As he once went about making English intelligible, Bryson now attempts the same with the great moments of science, both the ideas themselves and their genesis, to resounding success. Piqued by his own ignorance on these matters, he’s egged on even more so by the people who’ve figured out—or think they’ve figured out—such things as what is in the center of the Earth. So he goes exploring, in the library and in company with scientists at work today, to get a grip on a range of topics from subatomic particles to cosmology. The aim is to deliver reports on these subjects in terms anyone can understand, and for the most part, it works. The most difficult is the nonintuitive material—time as part of space, say, or proteins inventing themselves spontaneously, without direction—and the quantum leaps unusual minds have made: as J.B.S. Haldane once put it, “The universe is not only queerer than we suppose; it is queerer than we can suppose.” Mostly, though, Bryson renders clear the evolution of continental drift, atomic structure, singularity, the extinction of the dinosaur, and a mighty host of other subjects in self-contained chapters that can be taken at a bite, rather than read wholesale. He delivers the human-interest angle on the scientists, and he keeps the reader laughing and willing to forge ahead, even over their heads: the human body, for instance, harboring enough energy “to explode with the force of thirty very large hydrogen bombs, assuming you knew how to liberate it and really wished to make a point.”

Loads of good explaining, with reminders, time and again, of how much remains unknown, neatly putting the death of science into perspective.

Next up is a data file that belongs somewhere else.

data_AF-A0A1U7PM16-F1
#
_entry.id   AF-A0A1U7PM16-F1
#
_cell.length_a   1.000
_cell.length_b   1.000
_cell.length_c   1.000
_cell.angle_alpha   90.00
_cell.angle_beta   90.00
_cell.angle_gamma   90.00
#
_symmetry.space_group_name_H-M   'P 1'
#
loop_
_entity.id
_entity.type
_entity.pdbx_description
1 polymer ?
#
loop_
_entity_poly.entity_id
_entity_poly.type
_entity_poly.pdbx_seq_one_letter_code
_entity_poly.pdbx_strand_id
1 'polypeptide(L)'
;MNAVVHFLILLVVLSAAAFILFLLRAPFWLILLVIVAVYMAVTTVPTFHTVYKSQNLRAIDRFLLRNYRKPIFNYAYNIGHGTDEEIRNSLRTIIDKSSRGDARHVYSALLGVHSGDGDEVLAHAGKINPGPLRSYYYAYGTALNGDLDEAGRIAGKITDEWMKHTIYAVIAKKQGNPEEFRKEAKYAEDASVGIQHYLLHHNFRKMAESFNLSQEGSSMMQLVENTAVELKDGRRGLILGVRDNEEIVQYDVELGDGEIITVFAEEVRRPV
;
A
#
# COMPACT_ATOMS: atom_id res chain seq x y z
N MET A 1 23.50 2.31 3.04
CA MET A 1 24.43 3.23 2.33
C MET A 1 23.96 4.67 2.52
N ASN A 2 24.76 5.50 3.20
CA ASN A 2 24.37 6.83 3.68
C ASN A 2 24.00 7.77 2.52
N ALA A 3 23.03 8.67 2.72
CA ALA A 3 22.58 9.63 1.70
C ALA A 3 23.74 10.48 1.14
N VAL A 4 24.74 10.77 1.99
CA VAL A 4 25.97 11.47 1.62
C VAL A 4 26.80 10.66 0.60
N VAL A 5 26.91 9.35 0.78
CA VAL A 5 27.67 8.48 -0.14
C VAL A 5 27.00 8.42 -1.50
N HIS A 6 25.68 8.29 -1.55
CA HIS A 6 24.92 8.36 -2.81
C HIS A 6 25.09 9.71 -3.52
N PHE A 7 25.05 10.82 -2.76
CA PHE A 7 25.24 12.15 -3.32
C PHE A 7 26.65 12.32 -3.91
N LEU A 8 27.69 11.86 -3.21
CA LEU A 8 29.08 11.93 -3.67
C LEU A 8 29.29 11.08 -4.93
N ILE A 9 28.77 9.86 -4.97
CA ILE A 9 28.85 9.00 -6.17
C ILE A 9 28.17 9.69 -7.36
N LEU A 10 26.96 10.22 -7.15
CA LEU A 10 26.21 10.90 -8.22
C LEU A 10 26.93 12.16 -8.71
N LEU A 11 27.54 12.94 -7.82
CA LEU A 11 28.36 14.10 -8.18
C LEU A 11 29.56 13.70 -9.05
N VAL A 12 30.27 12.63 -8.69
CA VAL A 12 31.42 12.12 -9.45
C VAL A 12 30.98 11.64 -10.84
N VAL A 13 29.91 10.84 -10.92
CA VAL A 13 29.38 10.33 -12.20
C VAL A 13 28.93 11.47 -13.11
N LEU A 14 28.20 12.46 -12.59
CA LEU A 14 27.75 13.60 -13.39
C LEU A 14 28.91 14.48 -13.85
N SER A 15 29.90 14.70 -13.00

Pub Date: May 6, 2003

ISBN: 0-7679-0817-1

Page Count: 304

Publisher: Broadway

Review Posted Online: May 20, 2010

Kirkus Reviews Issue: April 1, 2003

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A tiny book, not much bigger than a pamphlet, with huge potential impact.

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NO ONE IS TOO SMALL TO MAKE A DIFFERENCE

A collection of articulate, forceful speeches made from September 2018 to September 2019 by the Swedish climate activist who was nominated for a Nobel Peace Prize.

Speaking in such venues as the European and British Parliaments, the French National Assembly, the Austrian World Summit, and the U.N. General Assembly, Thunberg has always been refreshingly—and necessarily—blunt in her demands for action from world leaders who refuse to address climate change. With clarity and unbridled passion, she presents her message that climate change is an emergency that must be addressed immediately, and she fills her speeches with punchy sound bites delivered in her characteristic pull-no-punches style: “I don’t want you to be hopeful. I want you to panic. I want you to feel the fear I feel every day. And then I want you to act.” In speech after speech, to persuade her listeners, she cites uncomfortable, even alarming statistics about global temperature rise and carbon dioxide emissions. Although this inevitably makes the text rather repetitive, the repetition itself has an impact, driving home her point so that no one can fail to understand its importance. Thunberg varies her style for different audiences. Sometimes it is the rousing “our house is on fire” approach; other times she speaks more quietly about herself and her hopes and her dreams. When addressing the U.S. Congress, she knowingly calls to mind the words and deeds of Martin Luther King Jr. and John F. Kennedy. The last speech in the book ends on a note that is both challenging and upbeat: “We are the change and change is coming.” The edition published in Britain earlier this year contained 11 speeches; this updated edition has 16, all worth reading.

A tiny book, not much bigger than a pamphlet, with huge potential impact.

Pub Date: Nov. 26, 2019

ISBN: 978-0-14-313356-8

Page Count: 112

Publisher: Penguin

Review Posted Online: Nov. 3, 2019